David Furman, Ph.D.
Dr. David Furman is the Director of the Stanford 1000 Immunomes Project, Chief of the Center for AI and Data Science of Aging at the Buck Institute for Research on Aging, and a Adjunct Investigator for The National Scientific and Research Council, Austral University, Buenos Aires, Argentina. Dr. Furman received his Ph.D. (summa cum laude) from University of Buenos Aires, Argentina, for his work on the identification of factors produced by tumors that enable cancer cells to escape immune attack. During his postdoctoral training at the Stanford School of Medicine, Dr. Furman focused on the application of advanced analytics to study the aging of the immune system in humans and decipher how cumulative inflammatory responses associated with aging lead to an accelerated cardiovascular aging. Dr. Furman has published dozens of scientific articles in top-tier journals such as Cell, Nature Medicine, PNAS, The Lancet, and others.
Mark M. Davis, Ph.D.
Dr. Mark M. Davis is the Director of the Stanford Institute for Immunology, Transplantation and Infection (ITI), a Professor of Microbiology and Immunology, and a Howard Hughes Medical Institute Investigator. He received a B.A. from Johns Hopkins University and a Ph.D. from the California Institute of Technology. He was a postdoctoral fellow and staff fellow at the Laboratory of Immunology at NIH and later became a faculty member in the Department of Microbiology and Immunology at Stanford University School of Medicine, where he remains today.
Dr. Davis was the first to identify the T-cell receptor genes, which are responsible for T lymphocytes ability to "see" foreign entities. His current research focused on understanding the human immune system, from developing broad systems biology approaches to inventing new methods to help unravel the complexities of T cell responses to cancer, autoimmunity and infectious diseases.
Cornelia L. Dekker, M.D.
Dr. Cornelia Dekker is a Pediatric Infectious Diseases physician who came to Stanford after a 12-year career in vaccine clinical development at Lederle Biologicals and Chiron Vaccines where she served as Vice President, Clinical Research and Medical Affairs. Dr. Dekker joined the Stanford University School of Medicine faculty in the Division of Pediatric Infectious Diseases and was named Medical Director of the Stanford-LPCH Vaccine Program in 1999. She leads the Stanford Clinical Core for NIH-sponsored studies looking at the detailed immune responses to influenza vaccines in children compared with young and elderly adults that has expanded to investigate genetic factors by also studying responses of identical and fraternal twins. Dr. Dekker is currently Chair of the HIV Vaccine Trial Network Safety Monitoring Board. In 2016, she was named Medical Director for the Stanford Clinical and Translational Research Unit.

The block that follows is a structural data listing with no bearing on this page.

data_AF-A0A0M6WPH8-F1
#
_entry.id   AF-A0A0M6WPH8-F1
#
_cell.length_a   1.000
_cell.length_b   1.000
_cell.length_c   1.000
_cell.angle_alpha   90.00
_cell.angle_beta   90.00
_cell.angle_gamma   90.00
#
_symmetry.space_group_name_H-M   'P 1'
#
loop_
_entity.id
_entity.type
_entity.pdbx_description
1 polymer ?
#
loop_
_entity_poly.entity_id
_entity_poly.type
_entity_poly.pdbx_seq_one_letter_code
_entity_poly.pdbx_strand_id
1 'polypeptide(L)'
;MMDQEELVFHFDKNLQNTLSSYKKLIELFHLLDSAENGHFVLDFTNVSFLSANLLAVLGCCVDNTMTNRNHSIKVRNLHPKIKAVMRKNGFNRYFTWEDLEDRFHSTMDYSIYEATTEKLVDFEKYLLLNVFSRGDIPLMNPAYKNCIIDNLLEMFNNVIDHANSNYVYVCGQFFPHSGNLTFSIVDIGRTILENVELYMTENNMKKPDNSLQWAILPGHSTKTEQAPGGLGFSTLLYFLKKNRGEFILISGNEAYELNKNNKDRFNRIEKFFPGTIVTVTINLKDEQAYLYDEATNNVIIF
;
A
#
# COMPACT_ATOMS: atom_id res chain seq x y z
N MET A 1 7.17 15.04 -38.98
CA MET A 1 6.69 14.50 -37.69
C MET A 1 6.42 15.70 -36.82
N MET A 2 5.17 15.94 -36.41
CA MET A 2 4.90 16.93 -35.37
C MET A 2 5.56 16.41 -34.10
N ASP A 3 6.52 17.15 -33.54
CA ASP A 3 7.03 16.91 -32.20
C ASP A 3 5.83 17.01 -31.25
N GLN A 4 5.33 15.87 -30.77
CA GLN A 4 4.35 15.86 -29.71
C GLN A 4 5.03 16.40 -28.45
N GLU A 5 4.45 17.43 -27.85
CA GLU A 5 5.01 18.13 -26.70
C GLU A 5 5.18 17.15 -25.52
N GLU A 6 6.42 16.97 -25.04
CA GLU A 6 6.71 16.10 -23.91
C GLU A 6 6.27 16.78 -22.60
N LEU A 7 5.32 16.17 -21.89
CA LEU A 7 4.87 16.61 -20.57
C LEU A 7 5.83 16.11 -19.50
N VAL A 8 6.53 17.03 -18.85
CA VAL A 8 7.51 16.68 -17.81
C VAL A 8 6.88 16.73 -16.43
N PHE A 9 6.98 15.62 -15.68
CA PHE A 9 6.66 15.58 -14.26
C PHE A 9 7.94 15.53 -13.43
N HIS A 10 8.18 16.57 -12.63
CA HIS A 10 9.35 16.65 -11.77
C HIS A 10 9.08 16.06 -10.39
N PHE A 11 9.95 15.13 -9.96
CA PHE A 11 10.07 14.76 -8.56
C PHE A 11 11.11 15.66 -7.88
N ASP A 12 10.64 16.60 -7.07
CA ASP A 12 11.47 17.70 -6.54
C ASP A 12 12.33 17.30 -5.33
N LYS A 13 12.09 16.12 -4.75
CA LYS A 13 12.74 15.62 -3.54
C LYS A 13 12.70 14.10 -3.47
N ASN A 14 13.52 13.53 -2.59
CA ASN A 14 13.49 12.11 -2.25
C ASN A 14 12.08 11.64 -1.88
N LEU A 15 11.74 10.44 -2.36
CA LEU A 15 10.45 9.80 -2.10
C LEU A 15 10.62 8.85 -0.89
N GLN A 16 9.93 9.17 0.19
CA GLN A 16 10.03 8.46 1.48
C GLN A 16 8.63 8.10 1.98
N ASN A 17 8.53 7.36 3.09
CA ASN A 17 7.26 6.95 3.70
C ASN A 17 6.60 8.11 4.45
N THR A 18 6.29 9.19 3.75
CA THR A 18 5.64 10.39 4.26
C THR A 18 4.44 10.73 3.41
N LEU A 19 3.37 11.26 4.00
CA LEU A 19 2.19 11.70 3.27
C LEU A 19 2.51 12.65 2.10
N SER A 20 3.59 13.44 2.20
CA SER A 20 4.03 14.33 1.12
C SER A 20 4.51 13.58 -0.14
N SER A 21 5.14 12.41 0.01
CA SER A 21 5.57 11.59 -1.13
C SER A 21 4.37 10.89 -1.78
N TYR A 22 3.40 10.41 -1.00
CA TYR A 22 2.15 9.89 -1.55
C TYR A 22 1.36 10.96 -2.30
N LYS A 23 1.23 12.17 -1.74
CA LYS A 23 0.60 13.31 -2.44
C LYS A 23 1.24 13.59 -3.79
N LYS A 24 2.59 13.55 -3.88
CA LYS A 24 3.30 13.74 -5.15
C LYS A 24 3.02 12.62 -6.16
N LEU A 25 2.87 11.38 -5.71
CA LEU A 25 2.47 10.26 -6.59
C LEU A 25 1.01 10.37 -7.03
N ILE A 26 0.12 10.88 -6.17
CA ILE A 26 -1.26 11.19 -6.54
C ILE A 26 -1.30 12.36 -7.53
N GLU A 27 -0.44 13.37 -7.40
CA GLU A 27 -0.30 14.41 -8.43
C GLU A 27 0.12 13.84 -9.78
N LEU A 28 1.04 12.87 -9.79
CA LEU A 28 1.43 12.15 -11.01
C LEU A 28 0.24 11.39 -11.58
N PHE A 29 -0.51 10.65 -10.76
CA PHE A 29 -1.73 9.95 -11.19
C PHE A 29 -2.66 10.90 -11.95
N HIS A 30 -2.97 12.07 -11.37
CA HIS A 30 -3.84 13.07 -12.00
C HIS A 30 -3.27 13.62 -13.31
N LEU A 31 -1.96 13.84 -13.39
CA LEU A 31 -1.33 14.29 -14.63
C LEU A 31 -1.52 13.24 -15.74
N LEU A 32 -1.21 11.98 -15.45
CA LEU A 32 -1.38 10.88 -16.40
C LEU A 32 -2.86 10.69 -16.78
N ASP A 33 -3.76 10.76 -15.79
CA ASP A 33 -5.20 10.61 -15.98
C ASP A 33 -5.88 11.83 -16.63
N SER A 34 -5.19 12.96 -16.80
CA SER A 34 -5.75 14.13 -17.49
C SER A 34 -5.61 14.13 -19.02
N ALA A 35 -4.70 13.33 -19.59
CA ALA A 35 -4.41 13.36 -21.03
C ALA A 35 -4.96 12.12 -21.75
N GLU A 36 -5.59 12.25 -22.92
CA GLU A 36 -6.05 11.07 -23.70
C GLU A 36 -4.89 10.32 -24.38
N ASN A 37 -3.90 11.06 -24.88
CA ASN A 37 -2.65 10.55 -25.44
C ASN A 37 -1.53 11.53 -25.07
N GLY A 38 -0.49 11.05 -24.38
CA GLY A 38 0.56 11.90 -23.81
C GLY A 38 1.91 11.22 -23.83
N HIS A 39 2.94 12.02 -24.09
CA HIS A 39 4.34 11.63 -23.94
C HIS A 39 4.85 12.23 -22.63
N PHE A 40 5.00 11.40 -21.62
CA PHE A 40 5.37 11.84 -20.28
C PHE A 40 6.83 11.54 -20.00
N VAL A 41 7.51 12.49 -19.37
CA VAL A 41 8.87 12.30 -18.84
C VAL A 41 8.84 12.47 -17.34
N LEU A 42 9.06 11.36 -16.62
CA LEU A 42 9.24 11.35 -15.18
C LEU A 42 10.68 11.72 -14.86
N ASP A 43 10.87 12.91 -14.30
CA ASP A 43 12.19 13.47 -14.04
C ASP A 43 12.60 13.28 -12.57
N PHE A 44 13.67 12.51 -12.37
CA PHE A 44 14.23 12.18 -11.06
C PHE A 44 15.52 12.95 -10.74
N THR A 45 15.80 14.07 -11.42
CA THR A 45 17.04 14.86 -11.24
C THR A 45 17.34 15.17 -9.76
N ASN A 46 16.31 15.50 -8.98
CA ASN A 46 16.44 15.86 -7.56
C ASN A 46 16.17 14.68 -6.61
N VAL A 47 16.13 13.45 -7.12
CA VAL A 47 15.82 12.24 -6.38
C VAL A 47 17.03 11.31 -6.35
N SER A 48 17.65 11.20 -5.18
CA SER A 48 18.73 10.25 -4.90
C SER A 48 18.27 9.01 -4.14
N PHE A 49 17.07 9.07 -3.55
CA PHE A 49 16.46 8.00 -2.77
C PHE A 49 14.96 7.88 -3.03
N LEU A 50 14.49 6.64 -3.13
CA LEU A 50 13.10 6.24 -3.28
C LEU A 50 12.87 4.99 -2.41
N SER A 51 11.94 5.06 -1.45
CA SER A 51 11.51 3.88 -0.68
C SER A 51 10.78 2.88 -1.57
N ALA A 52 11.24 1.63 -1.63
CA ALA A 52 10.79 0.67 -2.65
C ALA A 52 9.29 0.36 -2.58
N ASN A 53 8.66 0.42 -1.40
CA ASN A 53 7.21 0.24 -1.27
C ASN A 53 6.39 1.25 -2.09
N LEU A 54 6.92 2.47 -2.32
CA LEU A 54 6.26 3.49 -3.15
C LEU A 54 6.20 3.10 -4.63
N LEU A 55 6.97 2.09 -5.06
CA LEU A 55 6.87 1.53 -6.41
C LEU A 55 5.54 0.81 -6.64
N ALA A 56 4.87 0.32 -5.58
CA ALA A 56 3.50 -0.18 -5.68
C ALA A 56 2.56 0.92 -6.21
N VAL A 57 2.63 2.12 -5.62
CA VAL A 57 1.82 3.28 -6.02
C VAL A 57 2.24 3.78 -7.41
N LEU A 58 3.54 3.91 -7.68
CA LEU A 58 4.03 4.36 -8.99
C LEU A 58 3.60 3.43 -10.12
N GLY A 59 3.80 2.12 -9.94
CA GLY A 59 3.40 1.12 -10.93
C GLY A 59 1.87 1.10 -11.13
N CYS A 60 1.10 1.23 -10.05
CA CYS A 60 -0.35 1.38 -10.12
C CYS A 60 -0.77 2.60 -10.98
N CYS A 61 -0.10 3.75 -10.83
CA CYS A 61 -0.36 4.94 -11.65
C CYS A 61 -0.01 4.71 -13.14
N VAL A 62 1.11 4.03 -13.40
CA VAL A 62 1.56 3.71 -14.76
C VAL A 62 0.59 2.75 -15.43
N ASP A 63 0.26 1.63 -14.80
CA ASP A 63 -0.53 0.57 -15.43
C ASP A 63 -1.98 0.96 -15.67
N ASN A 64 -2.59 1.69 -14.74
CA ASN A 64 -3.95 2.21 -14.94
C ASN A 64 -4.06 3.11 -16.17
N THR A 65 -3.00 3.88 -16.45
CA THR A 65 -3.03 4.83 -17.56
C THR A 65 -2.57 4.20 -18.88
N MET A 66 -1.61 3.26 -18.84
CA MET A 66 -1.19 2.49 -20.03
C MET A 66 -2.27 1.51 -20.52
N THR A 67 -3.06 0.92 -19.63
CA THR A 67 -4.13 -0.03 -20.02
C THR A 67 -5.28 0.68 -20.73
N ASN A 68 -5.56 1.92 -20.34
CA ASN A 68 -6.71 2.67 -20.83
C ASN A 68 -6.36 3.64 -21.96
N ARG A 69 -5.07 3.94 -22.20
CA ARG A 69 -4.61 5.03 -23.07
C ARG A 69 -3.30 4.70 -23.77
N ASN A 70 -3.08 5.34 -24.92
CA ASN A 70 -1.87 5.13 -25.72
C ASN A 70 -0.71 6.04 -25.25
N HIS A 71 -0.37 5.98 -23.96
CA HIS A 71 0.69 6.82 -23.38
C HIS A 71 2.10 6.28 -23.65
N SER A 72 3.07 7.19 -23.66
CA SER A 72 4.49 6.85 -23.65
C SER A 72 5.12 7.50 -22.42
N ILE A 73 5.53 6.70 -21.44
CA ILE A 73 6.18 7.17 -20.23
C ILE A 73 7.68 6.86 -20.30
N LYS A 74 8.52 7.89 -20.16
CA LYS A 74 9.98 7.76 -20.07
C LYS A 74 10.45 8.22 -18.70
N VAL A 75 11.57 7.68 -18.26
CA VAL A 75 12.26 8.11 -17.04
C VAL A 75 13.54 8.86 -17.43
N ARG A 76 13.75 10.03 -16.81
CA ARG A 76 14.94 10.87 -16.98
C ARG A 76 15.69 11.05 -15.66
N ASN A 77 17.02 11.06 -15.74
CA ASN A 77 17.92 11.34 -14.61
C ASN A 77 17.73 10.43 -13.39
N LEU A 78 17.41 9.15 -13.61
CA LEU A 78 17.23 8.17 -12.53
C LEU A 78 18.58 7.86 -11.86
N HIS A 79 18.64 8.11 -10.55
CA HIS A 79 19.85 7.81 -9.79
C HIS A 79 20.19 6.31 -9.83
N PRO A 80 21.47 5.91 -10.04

Robert Tibshirani, Ph.D.
Dr. Robert Tibshirani (FRSC) is a Professor in the Departments of Statistics and Health Research and Policy at Stanford University. He was a Professor at the University of Toronto from 1985 to 1998. His main interests are in applied statistics, biostatistics, and data mining. His most well-known contributions are the LASSO method, and Significance Analysis of Microarrays. He has also authored four well-known books in Advanced Statistical Methods: Generalized Additive Models, An Introduction to the Bootstrap, The Elements of Statistical Learning, and Introduction to Statistical Learning. His current research focuses on problems in biology and genomics, medicine, and industry. In his work, he develops statistical tools for the analysis of complex datasets, most recently in genomics and proteomics.
Holden Maecker, Ph.D.
Dr. Maecker received a B.S. in Microbiology from Purdue University and a Ph.D. in Cancer Biology from Stanford University. He did postdoctoral work with Ronald and Shoshana Levy at Stanford, and was an Assistant Professor of Biology at Loyola University Chicago, as well as a Senior Scientist at BD Biosciences, San Jose, CA. He is currently a Professor of Microbiology and Immunology, and Director of the Human Immune Monitoring Center, at Stanford University.